In the past week the Department of Education has clamped down on one sort of incentive for enrolling students in college and increased support for another. Taken together, the two moves make we wonder whether incentives are better at the individual or organizational level.
In this "Dear Colleague" letter, the Department of Ed ruled that it is improper for colleges and universities to provide financial incentives to employees for recruiting and enrolling students. Among the activities that cannot be incentivized are:
Targeted information dissemination to individuals; Solicitations to individuals; Contacting potential enrollment applicants; aiding students in filling out enrollment application information (p.8)
These rules, and others related to financial aid in the same document are a response to a scandal that blew up a couple years ago in which ethical lapses in providing financial aid grew out of cozy relationships between financial aid officers and private lenders.
Four days after offering this guidance, Ed announced a competition for nearly 200 million dollars in grants to encourage colleges and universities to enroll, retain, and graduate more students from college. The NYTimes article announcing the grant was called, "Incentives Offered to Raise College Graduation Rates."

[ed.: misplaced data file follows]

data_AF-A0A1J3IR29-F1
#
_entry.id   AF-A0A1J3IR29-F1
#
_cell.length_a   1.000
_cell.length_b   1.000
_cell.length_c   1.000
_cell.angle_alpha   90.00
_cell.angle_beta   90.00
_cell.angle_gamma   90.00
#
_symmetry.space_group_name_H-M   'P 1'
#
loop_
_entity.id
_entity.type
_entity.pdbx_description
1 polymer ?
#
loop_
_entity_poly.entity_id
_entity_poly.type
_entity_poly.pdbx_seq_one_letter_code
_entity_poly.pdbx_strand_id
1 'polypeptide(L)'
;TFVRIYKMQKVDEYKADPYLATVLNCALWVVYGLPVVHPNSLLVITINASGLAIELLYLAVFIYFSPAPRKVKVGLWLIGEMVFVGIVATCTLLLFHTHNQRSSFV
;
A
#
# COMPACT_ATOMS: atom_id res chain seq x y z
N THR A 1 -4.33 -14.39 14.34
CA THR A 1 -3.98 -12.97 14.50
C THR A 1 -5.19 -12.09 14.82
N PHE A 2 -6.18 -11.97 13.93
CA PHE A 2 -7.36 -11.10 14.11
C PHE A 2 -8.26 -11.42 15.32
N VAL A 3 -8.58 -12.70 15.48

In noting the almost-simultaneous banning and encouraging of incentives I am not trying to make a point about inconsistency in the Department of Education. Instead I am wondering about the proper location of incentives.
Some recent work by Dan Pink and separately by Barry Schwartz argues that incentives are relatively ineffective at getting individuals to behave well over an extended period of time. At the same time, donors are offering ever larger prizes to organizations that can solve problems, be it creating a privately funded space ship or raising high school graduation rates.
One wonders, then, about what incentives do for organizations that they do not do for individuals. Are organizations more likely to behave ethically with incentive money than individuals? Do incentives to organizations lead to sustainable changes in behavior when they do not for individuals? (Here the evidence would seem to say no, at least as indicated by the number of good educational innovations that disappear as soon as outside funding disappears.) Is the impact of incentive money weakened in organizations since it is distributed broadly, while it is focused in individuals? And finally, can donors and funders expect that incentives will bring about the sort of changes they hope to see?